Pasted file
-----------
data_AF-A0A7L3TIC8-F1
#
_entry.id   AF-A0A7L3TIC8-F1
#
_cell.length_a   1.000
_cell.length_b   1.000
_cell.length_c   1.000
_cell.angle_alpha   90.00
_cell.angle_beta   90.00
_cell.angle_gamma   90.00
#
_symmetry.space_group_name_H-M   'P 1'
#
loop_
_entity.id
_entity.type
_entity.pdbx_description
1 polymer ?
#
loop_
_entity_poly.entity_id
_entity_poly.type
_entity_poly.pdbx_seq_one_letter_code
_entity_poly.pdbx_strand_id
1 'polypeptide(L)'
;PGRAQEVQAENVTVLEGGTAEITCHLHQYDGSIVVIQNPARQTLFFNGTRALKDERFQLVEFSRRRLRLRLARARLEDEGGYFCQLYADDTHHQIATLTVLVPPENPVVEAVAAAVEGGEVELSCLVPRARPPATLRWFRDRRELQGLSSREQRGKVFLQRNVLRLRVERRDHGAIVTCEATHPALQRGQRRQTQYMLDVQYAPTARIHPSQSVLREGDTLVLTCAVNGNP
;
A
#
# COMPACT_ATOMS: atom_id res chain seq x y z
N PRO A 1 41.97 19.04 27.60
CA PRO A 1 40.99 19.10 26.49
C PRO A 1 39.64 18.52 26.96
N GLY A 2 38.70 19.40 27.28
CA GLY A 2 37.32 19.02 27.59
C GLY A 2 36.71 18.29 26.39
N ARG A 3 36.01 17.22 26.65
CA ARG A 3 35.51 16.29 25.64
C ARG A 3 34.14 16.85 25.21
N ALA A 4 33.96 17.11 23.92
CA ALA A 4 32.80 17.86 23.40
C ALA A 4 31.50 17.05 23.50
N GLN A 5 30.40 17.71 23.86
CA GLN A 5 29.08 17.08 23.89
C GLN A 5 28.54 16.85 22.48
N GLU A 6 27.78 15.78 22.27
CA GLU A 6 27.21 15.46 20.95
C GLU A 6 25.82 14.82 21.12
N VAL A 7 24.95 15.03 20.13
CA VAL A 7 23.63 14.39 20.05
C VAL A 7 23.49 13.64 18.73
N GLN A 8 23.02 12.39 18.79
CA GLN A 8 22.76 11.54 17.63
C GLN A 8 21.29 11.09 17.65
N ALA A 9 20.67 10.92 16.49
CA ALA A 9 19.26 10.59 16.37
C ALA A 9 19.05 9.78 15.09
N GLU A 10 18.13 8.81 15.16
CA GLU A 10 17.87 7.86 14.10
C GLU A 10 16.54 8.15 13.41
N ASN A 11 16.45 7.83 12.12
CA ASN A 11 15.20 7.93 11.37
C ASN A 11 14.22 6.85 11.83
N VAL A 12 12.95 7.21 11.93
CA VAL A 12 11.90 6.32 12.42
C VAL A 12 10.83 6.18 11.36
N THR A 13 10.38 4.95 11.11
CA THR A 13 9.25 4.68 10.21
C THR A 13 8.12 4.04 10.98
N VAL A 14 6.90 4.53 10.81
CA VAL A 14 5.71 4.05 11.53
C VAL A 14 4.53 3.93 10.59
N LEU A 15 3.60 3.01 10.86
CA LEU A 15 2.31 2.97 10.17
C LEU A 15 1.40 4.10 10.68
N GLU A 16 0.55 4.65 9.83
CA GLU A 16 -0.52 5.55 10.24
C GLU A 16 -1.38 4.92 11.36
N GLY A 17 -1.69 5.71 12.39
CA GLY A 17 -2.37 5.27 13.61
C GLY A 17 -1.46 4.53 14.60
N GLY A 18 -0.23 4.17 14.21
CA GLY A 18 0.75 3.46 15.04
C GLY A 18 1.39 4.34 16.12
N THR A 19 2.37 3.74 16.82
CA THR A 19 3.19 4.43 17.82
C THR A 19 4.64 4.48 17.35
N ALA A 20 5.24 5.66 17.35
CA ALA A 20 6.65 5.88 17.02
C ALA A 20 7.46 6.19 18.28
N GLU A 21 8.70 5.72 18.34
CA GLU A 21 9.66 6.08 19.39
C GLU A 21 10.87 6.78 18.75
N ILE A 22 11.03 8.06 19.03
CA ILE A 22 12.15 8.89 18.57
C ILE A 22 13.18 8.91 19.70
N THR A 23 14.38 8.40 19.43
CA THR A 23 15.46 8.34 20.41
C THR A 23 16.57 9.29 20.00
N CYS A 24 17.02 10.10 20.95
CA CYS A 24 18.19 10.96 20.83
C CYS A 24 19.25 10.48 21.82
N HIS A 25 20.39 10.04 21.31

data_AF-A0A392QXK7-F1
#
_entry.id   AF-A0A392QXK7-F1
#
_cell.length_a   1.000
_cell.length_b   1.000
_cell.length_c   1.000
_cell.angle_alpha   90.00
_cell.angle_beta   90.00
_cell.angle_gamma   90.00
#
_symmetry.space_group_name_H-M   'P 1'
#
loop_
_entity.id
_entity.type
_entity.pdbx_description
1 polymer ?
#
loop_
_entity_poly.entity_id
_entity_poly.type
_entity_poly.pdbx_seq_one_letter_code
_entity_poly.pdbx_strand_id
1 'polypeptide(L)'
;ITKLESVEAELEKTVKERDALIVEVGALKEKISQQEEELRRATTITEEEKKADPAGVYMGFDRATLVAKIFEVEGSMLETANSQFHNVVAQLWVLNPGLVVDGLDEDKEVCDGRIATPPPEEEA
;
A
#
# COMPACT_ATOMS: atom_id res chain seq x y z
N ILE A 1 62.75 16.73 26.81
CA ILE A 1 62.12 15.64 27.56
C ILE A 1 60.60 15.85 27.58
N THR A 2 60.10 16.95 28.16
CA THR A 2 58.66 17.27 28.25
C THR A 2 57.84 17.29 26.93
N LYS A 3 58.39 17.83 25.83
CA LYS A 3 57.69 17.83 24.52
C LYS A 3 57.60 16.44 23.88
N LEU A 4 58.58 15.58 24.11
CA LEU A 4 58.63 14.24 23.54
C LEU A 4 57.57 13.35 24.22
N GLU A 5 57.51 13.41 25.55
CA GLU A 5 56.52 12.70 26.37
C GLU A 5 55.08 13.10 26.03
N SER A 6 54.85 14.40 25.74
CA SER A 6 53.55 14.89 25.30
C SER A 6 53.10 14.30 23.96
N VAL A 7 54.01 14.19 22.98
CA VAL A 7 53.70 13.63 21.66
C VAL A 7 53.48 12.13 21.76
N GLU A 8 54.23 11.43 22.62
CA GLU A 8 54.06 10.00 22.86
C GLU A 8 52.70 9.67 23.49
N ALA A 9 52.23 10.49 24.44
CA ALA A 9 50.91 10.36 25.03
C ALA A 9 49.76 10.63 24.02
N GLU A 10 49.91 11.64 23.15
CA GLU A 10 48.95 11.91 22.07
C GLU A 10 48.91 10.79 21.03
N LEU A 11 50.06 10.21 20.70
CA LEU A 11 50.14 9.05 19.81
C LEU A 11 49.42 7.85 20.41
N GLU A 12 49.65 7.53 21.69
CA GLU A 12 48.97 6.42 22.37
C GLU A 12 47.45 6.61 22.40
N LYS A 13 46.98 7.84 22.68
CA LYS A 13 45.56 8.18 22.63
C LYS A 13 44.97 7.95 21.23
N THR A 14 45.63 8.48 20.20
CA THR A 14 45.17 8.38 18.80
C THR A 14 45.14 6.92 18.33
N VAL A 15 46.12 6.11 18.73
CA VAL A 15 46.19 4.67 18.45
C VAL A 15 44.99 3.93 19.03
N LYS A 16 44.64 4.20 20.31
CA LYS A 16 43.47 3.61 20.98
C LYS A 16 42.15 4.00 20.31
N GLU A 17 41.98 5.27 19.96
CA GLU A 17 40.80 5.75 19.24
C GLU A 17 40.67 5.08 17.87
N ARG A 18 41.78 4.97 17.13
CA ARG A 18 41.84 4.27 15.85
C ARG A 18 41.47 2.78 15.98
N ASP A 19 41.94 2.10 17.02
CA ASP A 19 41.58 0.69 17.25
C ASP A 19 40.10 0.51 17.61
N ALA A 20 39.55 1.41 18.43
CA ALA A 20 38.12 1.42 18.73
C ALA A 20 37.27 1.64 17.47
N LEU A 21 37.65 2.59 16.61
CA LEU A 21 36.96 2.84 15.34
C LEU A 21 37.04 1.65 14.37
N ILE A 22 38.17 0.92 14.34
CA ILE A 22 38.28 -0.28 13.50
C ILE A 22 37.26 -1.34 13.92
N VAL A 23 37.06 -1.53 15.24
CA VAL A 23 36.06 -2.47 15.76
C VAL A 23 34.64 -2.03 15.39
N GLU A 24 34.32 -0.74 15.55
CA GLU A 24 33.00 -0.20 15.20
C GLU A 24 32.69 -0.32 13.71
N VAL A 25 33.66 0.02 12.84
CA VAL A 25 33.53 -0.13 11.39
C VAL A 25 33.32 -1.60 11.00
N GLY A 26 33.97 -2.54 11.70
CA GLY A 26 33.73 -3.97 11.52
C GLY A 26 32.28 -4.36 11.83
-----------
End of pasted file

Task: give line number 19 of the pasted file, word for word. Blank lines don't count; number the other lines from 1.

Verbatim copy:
#